Hi Sharon .. thank you and you’re right about the repair shops. We can’t sell anything electrical now – in case it damages the buyer .. or unless one has all packaging the product came in .. so there’s a lot lost that ends up in landfill. Planned obsolescence .. I learnt those words years ago .. and they always worried me .. planning to throw it away – but technology has moved on so much .. keeping things for 30 years seems a little much now-a-days .. very sadly.

Good for you growing your own veg – lots of people seem to be starting that – perhaps I’ll end up with a garden when I move and settle – probably not now .. fortunately I’ve never liked processed food .. enjoy your fresh s'traight from the garden' veggies!

Good to see you - Hilary

Hilary Melton-Butcher said...

Hi Davina .. we certainly could – have you got a few years to spend toddling around the world in a haze of fish oil? And full to the gunwales with chips??!! And we have to convert the oil – so I suspect it would be local touring!! I love driving .. but I think I’d get a little frustrated at the slowness after not too long – but certainly a slow local tour would be good. We’ve got one here just round the corner .. advertising a local Thai restaurant and taking takeaways to customers. So we could start here ..?

Cowichan is part of the Transition Initiative ... just over the waters .. and there must be communities within Vancouver .. but I like your idea of a tour together .. and tooting around – a little like Toad?!

Enjoy the week .. Hilary

Paul C said...

Revitalization of urban areas is always a challenging proposition. Interesting that these two cities had different ways to do it. They look like dynamic and fun places to visit today.

Hilary Melton-Butcher said...

Hi Paul ... thanks for your comment bearing in mind your ecological posts this week .. Totnes definitely is better situated .. Penzance being near Lands End! really is getting a bit far away but in the summer there are certainly a lot of visitors .. and if the Celtic traditions could be revived and maintained, along with local organic produce and farms .. then the sustainability of the area may grow.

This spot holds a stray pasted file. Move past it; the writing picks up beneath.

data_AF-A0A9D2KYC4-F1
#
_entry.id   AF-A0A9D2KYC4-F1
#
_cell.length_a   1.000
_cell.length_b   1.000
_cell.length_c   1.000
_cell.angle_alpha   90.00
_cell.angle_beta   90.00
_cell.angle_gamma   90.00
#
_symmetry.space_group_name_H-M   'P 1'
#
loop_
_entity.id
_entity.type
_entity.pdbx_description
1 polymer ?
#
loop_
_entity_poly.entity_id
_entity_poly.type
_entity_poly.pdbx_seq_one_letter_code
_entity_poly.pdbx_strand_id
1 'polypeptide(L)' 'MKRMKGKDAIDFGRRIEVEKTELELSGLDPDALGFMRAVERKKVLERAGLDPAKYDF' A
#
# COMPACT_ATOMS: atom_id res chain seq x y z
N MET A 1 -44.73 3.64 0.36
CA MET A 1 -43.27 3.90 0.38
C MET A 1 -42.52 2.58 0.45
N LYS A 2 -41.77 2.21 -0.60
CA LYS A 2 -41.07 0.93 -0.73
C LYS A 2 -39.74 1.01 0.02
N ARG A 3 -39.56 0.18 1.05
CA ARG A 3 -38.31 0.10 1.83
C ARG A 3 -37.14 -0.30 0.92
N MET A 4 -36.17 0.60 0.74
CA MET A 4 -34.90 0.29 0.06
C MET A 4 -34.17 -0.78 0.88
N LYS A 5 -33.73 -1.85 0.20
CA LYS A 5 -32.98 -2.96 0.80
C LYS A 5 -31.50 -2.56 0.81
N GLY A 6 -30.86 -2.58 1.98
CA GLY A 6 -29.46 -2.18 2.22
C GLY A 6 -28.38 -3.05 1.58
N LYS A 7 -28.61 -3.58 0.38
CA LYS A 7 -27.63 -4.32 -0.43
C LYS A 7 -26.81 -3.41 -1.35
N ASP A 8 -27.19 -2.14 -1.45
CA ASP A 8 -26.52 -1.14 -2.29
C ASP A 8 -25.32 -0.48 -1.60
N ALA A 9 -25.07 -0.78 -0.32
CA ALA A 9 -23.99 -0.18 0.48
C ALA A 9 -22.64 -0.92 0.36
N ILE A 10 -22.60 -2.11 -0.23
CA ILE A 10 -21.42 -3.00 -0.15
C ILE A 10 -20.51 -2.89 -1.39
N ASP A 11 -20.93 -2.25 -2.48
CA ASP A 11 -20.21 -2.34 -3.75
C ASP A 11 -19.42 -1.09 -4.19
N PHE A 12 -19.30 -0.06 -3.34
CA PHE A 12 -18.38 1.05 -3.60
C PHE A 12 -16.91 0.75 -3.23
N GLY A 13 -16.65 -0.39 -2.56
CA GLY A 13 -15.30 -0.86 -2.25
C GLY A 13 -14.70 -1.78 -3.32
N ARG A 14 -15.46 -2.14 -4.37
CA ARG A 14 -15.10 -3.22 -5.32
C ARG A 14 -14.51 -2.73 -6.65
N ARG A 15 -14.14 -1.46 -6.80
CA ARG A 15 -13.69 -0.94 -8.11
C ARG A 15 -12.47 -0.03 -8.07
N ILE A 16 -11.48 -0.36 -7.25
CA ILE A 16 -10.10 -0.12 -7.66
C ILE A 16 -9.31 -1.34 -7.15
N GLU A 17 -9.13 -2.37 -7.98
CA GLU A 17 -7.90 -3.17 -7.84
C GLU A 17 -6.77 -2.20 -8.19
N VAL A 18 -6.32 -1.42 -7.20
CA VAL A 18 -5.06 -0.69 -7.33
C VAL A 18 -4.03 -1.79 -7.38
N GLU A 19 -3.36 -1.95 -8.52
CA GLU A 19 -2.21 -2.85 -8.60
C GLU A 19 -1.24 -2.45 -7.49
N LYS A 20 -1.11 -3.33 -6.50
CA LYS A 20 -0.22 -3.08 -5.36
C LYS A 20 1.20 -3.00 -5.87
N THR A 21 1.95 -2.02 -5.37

Thanks for coming by .. good to see you .. Hilary

Mark said...

Hilary,
I have never been to either town, however they both sound charming. Thank-you for the overview.

Hilary Melton-Butcher said...

Hi Mark .. thanks for coming by .. and when you come to England .. two places to visit .. glad you enjoyed the bits of information on transition towns ..

Good to see you - enjoy the rest of the day .. Hilary

Grampa Ken for social change said...

Hi Hilary. The UK with its history, landscapes and people is so interesting to read about, and you make it more so. It is nice to hear of efforts being made for the environmental challenges we are facing such as with transition towns. We have so much to do in such a short time.

The UK countryside always looks so inviting as it also appears on this neat Kent County website with a strong emphasis in the environment. I have never crossed the Pacific but would surely enjoy it if younger and still into travelling. Our son has, and is now in Barcelona with family as I sit pecking at the keyboard, which is really ok as I will jump on the bicycle later and hit the trails.

Hilary Melton-Butcher said...

Hi Ken .. good to see you again .. and glad you enjoy the UK history etc as I 'sort of' put it!!!..

We do seem to be realising that we need to do more .. and if the towns, villages and suburbs embrace the concept - perhaps we'll change more quickly - because as you so rightly say we don't have long.